The formula for calculating the sum of an arithmetic progression is similar to the formula to find the area of a trapezoid.
The trapezoid-type shape below is made from the terms of an arithmetic sequence. Move the slider to see how the trapezoid-type shape rearranges to a rectangle.
Notice that that the base of the rectangle is calculated as the average of the first and the last term. The height is the number of terms in the sequence.
Fit two trapezoids together, then divide by 2
Another way to consider this sum is to create a second trapeziod-like shape with the terms of the sequence. The second shape is congruent to the first and fits like a puzzle to form a larger rectangle:
Now we create an area that is double the required sum. We see that the height of the rectangle is the number of terms in the sequence, in this case 7, and the base of the rectangle is the first term plus the last term .
We calculate that double the sum of the first seven terms is:
Divide both sides by 2 to calculate the sum required:
A mathematician named Karl Frederich Gauss has been called ‘the prince of mathematics’ – due to his many contributions to mathematics. While still a primary school child, he impressed his teachers by calculating that . His teacher had given the class the task, expecting it to take some time. But with Gauss in the room, the task was over in seconds! The website www.nrich.maths.org has a nicely written article on this story.
Reversing the sequence
Consider the sequence that begins:
Calculate the sum of the first 8 terms.
Write the sequence a second time and reverse the order of terms:
Adding the terms pairwise, we see that we get eight numbers that are equal.
Write the process as a formula
We can generalise the first line,
Now as the left hand side is double the number we require, let’s divide by 2:
Finally, let’s replace the number of terms – 8 in our example – with .
Which can be remembered as ‘first term plus last term, multiply by the number of terms, divided by 2’.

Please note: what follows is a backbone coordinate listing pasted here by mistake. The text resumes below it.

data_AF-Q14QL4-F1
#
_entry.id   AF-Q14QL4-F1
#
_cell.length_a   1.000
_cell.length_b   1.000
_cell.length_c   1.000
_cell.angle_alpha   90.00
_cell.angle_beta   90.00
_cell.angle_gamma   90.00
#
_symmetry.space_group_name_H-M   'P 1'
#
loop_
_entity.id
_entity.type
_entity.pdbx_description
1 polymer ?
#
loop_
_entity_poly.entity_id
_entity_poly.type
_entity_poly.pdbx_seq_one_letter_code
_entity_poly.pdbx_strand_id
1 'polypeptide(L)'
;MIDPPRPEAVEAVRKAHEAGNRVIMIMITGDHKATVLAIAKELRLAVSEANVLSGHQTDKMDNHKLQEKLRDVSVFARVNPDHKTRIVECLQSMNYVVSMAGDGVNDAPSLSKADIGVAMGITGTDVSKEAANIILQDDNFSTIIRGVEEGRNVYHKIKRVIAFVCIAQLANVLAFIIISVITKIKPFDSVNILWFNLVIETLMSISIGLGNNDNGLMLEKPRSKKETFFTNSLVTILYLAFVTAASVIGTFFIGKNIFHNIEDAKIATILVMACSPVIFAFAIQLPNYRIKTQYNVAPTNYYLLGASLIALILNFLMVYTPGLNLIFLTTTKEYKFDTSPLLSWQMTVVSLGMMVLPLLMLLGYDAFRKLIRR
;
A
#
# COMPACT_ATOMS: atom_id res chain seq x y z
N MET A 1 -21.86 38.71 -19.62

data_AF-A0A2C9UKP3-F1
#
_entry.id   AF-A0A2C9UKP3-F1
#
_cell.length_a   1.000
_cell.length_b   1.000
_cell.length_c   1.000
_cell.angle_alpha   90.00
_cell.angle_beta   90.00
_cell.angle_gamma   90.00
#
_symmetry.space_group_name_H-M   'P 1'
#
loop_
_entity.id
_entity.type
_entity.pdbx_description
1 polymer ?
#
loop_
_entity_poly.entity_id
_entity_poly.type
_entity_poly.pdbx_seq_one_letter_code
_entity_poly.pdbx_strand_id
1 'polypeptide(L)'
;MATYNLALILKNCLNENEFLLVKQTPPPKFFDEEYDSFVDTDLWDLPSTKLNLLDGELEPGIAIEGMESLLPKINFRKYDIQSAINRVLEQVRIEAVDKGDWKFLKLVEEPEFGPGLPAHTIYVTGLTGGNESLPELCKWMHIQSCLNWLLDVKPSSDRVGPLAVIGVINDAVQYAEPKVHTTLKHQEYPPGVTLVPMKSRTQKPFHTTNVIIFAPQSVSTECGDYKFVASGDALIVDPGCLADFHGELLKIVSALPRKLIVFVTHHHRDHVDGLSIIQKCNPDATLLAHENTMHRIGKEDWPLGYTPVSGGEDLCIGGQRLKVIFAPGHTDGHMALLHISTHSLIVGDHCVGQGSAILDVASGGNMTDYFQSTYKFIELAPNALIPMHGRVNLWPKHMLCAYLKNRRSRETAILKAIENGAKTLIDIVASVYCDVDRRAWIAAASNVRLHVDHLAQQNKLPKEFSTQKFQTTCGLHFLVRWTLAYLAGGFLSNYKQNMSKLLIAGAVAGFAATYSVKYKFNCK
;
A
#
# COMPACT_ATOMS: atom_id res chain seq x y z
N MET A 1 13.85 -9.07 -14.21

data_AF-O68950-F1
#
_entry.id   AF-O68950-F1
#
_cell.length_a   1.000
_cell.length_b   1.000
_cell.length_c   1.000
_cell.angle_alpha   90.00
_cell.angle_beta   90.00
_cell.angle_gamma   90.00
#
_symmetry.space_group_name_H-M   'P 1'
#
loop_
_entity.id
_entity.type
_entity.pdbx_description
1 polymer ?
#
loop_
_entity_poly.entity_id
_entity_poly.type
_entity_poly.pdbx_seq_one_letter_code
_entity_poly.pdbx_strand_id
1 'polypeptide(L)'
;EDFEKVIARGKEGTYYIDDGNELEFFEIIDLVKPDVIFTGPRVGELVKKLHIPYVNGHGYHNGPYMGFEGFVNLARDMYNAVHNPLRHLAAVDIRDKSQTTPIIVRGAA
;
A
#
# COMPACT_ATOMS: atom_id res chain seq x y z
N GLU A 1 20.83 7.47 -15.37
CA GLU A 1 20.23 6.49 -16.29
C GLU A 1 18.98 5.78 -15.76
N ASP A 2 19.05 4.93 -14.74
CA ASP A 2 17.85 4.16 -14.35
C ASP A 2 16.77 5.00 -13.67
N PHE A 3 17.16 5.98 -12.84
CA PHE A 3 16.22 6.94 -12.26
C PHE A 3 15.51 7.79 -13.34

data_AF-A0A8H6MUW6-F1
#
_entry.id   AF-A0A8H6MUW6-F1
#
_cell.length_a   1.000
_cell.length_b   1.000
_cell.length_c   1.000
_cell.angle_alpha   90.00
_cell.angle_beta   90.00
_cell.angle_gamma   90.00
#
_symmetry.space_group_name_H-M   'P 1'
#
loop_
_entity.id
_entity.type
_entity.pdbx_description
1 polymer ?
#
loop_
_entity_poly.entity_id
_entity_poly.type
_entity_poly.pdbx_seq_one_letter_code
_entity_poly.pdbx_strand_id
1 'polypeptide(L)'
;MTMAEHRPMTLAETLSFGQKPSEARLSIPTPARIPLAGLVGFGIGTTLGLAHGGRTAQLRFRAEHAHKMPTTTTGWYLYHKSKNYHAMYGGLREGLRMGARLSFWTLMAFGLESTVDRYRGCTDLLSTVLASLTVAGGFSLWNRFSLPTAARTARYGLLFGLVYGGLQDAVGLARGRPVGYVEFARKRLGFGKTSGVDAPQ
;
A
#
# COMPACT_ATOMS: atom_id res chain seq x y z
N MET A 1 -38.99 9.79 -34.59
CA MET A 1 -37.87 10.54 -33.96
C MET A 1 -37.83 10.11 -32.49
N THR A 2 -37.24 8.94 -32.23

A little more algebra
Notice, in our formula, we see the value ‘‘. We know that can be calculated with the formula .
We can pick out the term from the formula, and simply replace it with its calculation: . Then simplify:
This is often written as
Short Comprehension Exercises
The two formula can be used interchangeably, however you can save yourself one line of work if you use the formula that requires the information you have. That is, the formula is most useful when you have the first term, the last term, and the number of terms. The formula is most useful when you have the first term, the common difference, and the number of terms.
Using either of these formulae, calculate:
- The sum of the first 12 positive multiples of 5. (That is, 5, 10, 15 … 55, 60).
- The sum of the first 20 terms of the arithmetic sequence beginning 9, 16, 23 …
- The sum of the first 41 terms of the arithmetic sequence beginning 80, 76, 72 …
- With the first formula, we have that , and . Therefore .
- With the second formula, we have that , and . Therefore .
- With the second formula, we have that , and . Therefore . In this example, the negative numbers pair up with positive numbers!
More Difficult Question
The sum of an arithmetic progression is given by the formula . Find the fifth term of the sequence.
First, we find because . .
Now we find because . . Now we know that . We also know that . So and the common difference .
Now we have the first term () and the common difference (). We can go straight to :
CEMC courseware: Lesson 5 arithmetic series
CK12 Practice Test
Next: Geometric Sequences